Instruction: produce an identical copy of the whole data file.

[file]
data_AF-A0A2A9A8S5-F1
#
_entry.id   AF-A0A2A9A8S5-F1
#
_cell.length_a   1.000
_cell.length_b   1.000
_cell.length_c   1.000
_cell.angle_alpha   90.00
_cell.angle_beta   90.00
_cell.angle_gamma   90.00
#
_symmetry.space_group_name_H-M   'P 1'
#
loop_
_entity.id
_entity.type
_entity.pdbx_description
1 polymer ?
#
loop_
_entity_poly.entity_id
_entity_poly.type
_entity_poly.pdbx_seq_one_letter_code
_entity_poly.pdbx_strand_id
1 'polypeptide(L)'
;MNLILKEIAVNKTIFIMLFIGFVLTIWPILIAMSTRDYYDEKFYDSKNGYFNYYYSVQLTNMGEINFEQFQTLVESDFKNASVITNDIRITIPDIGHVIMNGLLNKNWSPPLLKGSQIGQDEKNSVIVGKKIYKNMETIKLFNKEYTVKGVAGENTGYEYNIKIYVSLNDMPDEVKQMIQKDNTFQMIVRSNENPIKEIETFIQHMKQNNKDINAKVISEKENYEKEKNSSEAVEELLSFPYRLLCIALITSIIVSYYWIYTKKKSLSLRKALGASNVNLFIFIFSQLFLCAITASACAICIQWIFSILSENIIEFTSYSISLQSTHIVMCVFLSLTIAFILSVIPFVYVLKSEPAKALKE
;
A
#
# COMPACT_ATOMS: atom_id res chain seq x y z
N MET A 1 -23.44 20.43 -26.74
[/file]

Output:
data_AF-A0A2A9A8S5-F1
#
_entry.id   AF-A0A2A9A8S5-F1
#
_cell.length_a   1.000
_cell.length_b   1.000
_cell.length_c   1.000
_cell.angle_alpha   90.00
_cell.angle_beta   90.00
_cell.angle_gamma   90.00
#
_symmetry.space_group_name_H-M   'P 1'
#
loop_
_entity.id
_entity.type
_entity.pdbx_description
1 polymer ?
#
loop_
_entity_poly.entity_id
_entity_poly.type
_entity_poly.pdbx_seq_one_letter_code
_entity_poly.pdbx_strand_id
1 'polypeptide(L)'
;MNLILKEIAVNKTIFIMLFIGFVLTIWPILIAMSTRDYYDEKFYDSKNGYFNYYYSVQLTNMGEINFEQFQTLVESDFKNASVITNDIRITIPDIGHVIMNGLLNKNWSPPLLKGSQIGQDEKNSVIVGKKIYKNMETIKLFNKEYTVKGVAGENTGYEYNIKIYVSLNDMPDEVKQMIQKDNTFQMIVRSNENPIKEIETFIQHMKQNNKDINAKVISEKENYEKEKNSSEAVEELLSFPYRLLCIALITSIIVSYYWIYTKKKSLSLRKALGASNVNLFIFIFSQLFLCAITASACAICIQWIFSILSENIIEFTSYSISLQSTHIVMCVFLSLTIAFILSVIPFVYVLKSEPAKALKE
;
A
#
# COMPACT_ATOMS: atom_id res chain seq x y z
N MET A 1 -23.44 20.43 -26.74